2. Require companies to use phishing-resistant MFA, such as security keys,[6] for their own employees.[7][8]

In addition, FTC orders do several things that go further in how MFA must be used in protecting consumer accounts: 

  • The orders have required companies to replace their legacy authentication practices, such as the use of "security questions" with MFA. Security questions (e.g., what is your mother's maiden name?) have many weaknesses, such as giving companies even more personal information. In addition, lots of the data these questions request is publicly available, making life easy for attackers.[9]
  • The orders also have required that companies offer forms of MFA that do not require providing telephone numbers, which both protects privacy and ensures that more secure forms of MFA are available. [10]
  • Finally, the orders have required that companies not use information collected for MFA for any other purpose, preventing a bad practice seen elsewhere in industry and increasing confidence among consumers that security mechanisms aren’t pretexts for more data collection. [11][12]

(2)  Requiring that connections within a company's systems must be both encrypted and authenticated 

Another requirement the FTC has included in recent orders is that connections within a company's systems must be both encrypted and authenticated[13]. To understand the significance of this, one needs to compare with the prior state of the art. For many years, the approach most companies took toward security was to try to have a strong firewall outside the corporate network, but once you were inside, you could move freely. With ever-expanding systems, this meant attackers who found one vulnerability anywhere, no matter how peripheral, had the keys to the kingdom.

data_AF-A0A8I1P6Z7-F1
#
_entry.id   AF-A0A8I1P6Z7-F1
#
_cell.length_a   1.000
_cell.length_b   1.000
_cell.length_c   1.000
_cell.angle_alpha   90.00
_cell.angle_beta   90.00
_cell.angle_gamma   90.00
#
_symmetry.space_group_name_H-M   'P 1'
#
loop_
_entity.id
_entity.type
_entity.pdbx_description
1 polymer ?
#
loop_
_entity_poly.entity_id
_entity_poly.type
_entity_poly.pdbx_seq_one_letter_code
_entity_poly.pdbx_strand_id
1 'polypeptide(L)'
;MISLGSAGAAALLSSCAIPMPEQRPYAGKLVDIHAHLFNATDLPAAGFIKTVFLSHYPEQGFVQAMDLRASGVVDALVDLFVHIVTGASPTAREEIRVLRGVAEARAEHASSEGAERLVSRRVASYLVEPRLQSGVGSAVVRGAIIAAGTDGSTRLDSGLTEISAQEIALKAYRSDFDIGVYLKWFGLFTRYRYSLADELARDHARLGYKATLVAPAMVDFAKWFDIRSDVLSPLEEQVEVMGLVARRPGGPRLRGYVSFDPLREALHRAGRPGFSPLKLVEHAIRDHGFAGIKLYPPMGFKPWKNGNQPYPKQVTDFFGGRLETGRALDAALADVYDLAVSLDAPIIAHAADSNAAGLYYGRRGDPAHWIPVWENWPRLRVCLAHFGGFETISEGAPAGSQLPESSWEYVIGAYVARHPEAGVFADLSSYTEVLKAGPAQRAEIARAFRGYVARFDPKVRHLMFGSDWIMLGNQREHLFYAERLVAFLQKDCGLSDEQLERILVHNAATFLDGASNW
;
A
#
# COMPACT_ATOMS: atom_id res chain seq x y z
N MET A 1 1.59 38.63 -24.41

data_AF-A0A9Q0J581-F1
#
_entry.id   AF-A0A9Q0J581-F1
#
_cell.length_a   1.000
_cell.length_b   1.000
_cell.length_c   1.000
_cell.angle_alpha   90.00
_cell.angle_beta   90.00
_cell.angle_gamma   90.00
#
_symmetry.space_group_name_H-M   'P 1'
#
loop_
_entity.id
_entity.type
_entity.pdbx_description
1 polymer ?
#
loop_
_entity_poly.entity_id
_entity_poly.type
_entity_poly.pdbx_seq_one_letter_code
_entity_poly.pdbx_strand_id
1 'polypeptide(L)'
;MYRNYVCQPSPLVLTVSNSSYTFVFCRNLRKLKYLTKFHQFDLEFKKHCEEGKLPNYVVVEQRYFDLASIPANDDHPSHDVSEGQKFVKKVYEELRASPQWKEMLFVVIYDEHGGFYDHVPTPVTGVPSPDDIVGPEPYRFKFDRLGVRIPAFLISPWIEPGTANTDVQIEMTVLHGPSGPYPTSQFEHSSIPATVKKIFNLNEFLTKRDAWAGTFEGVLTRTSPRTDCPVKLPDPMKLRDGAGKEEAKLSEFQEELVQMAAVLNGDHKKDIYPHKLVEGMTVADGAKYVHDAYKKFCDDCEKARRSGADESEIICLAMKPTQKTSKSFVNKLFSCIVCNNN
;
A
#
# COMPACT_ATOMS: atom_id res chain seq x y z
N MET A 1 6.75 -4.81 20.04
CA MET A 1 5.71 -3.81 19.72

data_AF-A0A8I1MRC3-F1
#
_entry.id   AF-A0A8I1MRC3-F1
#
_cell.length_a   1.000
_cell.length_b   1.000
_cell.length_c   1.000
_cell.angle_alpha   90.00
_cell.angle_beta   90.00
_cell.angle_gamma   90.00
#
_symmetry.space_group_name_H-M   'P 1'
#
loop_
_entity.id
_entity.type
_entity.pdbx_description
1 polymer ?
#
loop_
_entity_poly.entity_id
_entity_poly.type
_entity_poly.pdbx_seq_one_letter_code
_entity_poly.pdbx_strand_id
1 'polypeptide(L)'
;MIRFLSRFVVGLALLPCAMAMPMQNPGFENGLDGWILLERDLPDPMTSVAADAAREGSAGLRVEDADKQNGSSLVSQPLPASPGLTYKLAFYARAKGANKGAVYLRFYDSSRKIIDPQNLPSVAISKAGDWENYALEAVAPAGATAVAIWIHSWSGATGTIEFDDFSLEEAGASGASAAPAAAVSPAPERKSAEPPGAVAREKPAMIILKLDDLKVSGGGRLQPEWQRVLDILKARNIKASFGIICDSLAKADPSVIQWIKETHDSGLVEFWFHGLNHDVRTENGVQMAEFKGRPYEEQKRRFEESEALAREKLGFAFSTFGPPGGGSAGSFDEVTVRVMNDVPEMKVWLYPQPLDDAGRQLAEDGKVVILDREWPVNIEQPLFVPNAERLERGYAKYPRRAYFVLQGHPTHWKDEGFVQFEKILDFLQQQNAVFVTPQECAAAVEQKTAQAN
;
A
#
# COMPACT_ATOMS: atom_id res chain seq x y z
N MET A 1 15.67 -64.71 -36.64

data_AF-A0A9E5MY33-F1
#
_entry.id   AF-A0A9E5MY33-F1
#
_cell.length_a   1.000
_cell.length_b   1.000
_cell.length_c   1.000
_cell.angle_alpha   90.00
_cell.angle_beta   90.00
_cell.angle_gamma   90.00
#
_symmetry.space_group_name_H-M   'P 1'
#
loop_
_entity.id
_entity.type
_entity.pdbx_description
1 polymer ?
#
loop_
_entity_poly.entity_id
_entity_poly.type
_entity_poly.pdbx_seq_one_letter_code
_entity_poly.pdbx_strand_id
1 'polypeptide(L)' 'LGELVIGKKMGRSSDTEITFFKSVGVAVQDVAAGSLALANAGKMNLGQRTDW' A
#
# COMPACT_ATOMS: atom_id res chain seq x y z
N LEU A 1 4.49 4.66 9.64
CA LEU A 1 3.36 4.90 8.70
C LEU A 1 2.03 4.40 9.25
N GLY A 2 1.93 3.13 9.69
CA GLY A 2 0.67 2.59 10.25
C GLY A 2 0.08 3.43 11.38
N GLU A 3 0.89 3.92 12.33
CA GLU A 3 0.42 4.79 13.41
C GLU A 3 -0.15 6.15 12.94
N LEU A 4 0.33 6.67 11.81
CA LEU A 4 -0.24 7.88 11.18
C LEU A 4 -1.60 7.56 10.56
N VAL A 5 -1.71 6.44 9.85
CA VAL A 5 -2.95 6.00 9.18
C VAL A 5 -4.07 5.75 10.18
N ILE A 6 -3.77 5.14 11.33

"Zero Trust" is the simple idea that just because you're on the corporate network doesn't mean you should automatically be trusted to access everything. Instead “zero [implicit] trust” should be the baseline. You should have to be authenticated and authorized to access a system, and connections must be encrypted so the attacker cannot simply snoop on legitimate connections. 

This approach helps dramatically limit the blast radius of a vulnerability in a company's systems. Further, zero trust systems can build on the strong identity provided by safeguards like phishing-resistant MFA to ensure systems inside a corporate network have the same protections as those outside. 

(3) Requiring companies to develop a data retention schedule, publish it, and then stick to it

A final provision is a requirement to develop a data retention schedule, publish it, and then stick to it[14][15]. This embraces the premise that the most secure data is the data that's not stored at all. Further, implementing this requirement inevitably requires companies to have a strong internal catalogue of all the data they store. This provides other benefits, such as ensuring that they'll be able to comprehensively comply with requests from users to delete data and have the information needed to prioritize protections based on the types of data they’re storing. 


These principles reflect the Commission’s focus on keeping pace with technological developments, learning from past experiences, and strengthening remedies to address root causes, even as technologies evolve. Moving forward, technologists within the Commission are committed to continuing to engage with the security community and stay abreast of the latest developments. 

The expert staff in the Bureau of Consumer Protection – particularly the Division of Privacy and Identity Protection and the Division of Enforcement – have led much of this work. Our team of technologists will continue to collaborate with staff across the agency to ensure our remedies keep up with evolving technologies and threats.

Thank you to those who contributed to the production of this post: Genevieve Bonan, Mark Eichorn, Rebecca Unruh, Ben Wiseman, Kevin Moriarty, Sam Levine, Stephanie Nguyen, Zehra Khan, Josephine Liu, Daniel Zhao.

To listen to the full recording of the December Open Commission Meeting session, please visit:

[6] These are sometimes also referred to as “passkeys,” or WebAuthn or FIDO which are the names of the standards they implement.